Depending on who you ask, Google Music is either weeks or months away from launching.
A report from Businessweek suggests that the launch may come as soon as next month.
Whereas CNET says we're months, rather than weeks, away. So, what's the hold up here?
Business Insider has a new theory.
An anonymous source of theirs, who has "extensive knowledge" of the online music space, told them that publishers are dragging their heels. Surprise.
Google wants to launch a music service that lets users buy songs and have them downloaded into the cloud – accessible from anywhere. The problem appears to be that the publishers expect to be paid for every download. This is why Apple and Amazon don't allow repeat downloads. Even though it's outrageous to expect fans to pay twice to download songs they've already bought – that's the situation.
If a fan buys a song at home, stores it in the cloud, and wants to download that same song onto their work computer, publishers expect to get paid – again.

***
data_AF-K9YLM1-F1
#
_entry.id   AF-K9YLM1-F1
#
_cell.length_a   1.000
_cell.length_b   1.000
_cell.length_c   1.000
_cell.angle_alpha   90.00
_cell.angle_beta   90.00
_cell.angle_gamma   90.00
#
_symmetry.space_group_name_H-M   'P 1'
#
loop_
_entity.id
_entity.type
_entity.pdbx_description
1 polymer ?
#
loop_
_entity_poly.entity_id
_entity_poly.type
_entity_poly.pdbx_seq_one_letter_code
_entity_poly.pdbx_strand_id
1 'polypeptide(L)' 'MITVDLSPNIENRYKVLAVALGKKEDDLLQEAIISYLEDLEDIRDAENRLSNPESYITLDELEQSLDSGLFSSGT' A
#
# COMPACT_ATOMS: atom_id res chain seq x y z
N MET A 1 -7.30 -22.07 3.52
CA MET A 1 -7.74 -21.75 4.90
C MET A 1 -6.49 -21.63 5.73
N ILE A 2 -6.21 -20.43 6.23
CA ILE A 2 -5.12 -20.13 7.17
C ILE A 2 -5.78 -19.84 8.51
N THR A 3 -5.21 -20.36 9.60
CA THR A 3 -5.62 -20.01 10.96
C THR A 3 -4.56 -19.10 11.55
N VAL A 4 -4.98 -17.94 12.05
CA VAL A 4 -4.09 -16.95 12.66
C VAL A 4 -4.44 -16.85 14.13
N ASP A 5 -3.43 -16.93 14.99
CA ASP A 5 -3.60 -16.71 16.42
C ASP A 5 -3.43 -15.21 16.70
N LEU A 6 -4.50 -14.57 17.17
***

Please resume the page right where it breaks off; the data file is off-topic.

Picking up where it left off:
It's a bit anti-consumer of publishers to have these expectations, but this is the music industry.
Business Insider's source doesn't see anyone getting a license to launch a consumer pleasing personal cloud service anytime soon. Why?
The major labels are very uncomfortable with "a model where you can just throw anything into the cloud and stream it, if what you threw into the cloud was not legitimately purchased," said Sony Music executive Thomas Hesse at MIDEM.
Take a Mile
If the major labels give fans an inch, they will take a mile.
The most avid file-sharers, in theory, could create their own personal cloud-based music service with a big enough collection. The labels don't want that.
However, Michael Robertson of MP3tunes.com is in a legal battle now with EMI. If he wins, it would make Google's negotiations with rightsholders unnecessary.